One thing that a lot of people hate to do is writing documentation. Usually, it’s postponed until development is finished and once it’s done there is rarely time to do it properly. If you get past the struggle of writing it down there is always a problem of keeping it up to date. To avoid those pain points I’m going to explore what we can do with Asciidoctor to simplify this problem.
How to introduce automated checks that will guarantee that conventions are followed in an example of test naming convention. I’m going to focus on creating automated process that will verify if test names do match conventions. Automation will allow us to forget about the rule because the computer will ensure it’s followed. Test that I’m going to introduce will be living documentation inside the project and ensure no one will miss nor forget about the way we group tests.
Imagine the situation when you’ve just released something on production and deployment went fine. You’ve just sent release notes and went out to grab a coffee. Once you are back you see an email with information that feature team have been working on for past 3 sprints doesn’t work at all. Turns out you forgot to change something in production server configuration. In this post, I’m going to present the simplest idea which will help you to avoid this kind of issues.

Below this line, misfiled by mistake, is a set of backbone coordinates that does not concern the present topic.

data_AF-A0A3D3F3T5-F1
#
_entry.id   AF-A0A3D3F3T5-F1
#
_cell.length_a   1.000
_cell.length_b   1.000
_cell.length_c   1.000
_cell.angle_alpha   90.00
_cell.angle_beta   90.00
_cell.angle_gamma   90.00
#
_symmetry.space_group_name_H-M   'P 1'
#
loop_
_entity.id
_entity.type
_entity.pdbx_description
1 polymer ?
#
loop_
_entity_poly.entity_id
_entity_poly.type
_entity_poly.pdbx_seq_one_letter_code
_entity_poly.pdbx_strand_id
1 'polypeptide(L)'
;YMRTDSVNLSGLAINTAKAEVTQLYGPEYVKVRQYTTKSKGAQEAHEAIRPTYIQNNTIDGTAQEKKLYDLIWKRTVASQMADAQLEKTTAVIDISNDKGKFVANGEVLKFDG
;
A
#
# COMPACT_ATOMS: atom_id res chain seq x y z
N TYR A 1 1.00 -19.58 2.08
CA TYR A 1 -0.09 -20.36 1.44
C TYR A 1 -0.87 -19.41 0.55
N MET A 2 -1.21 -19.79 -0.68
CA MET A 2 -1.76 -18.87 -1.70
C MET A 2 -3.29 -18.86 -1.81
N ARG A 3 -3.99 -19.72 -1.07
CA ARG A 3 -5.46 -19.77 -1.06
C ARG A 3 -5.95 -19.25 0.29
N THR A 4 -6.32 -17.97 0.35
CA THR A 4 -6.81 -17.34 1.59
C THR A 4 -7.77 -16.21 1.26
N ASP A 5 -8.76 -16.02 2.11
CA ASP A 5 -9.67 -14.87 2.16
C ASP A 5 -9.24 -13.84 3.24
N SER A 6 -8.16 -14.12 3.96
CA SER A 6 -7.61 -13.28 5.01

When I’ve got some free time I try to add new features to springmock. Lately, after adding some new stuff I realized that double definition parsing class has more than one responsibility (class parsing, naming, definition creation, etc). So I’ve decided it’s time to refactor it and split responsibilities into dedicated classes. Once I did that and tests in the shared kernel started to pass I executed mvn verify just to be sure that everything was working and it wasn’t…
Code review is a great process which gradually improves code quality. It is a system you can implement in many ways. In this post I’m going to grumble about one particular way of performing code reviews - when there is only one person responsible for doing code reviews and suggesting/accepting/rejecting changes.
We all love to write new stuff and learn about things. But when we’ve got to do something in one of the older applications we’d rather avoid it and lag as long as possible hoping that someone else will handle it. You shouldn’t be afraid of legacy code (as long it is not ball of mud). You should take the opportunity to look into the past, and learn from it as much as possible.
Every codebase depends on multiple external libraries. It is a good idea to stay up to date with external dependencies. It is important to update all security related stuff and it might be helpful or fun to use latest features. I’m going to share my way of staying up to date with external dependencies in maven, gradle and npm.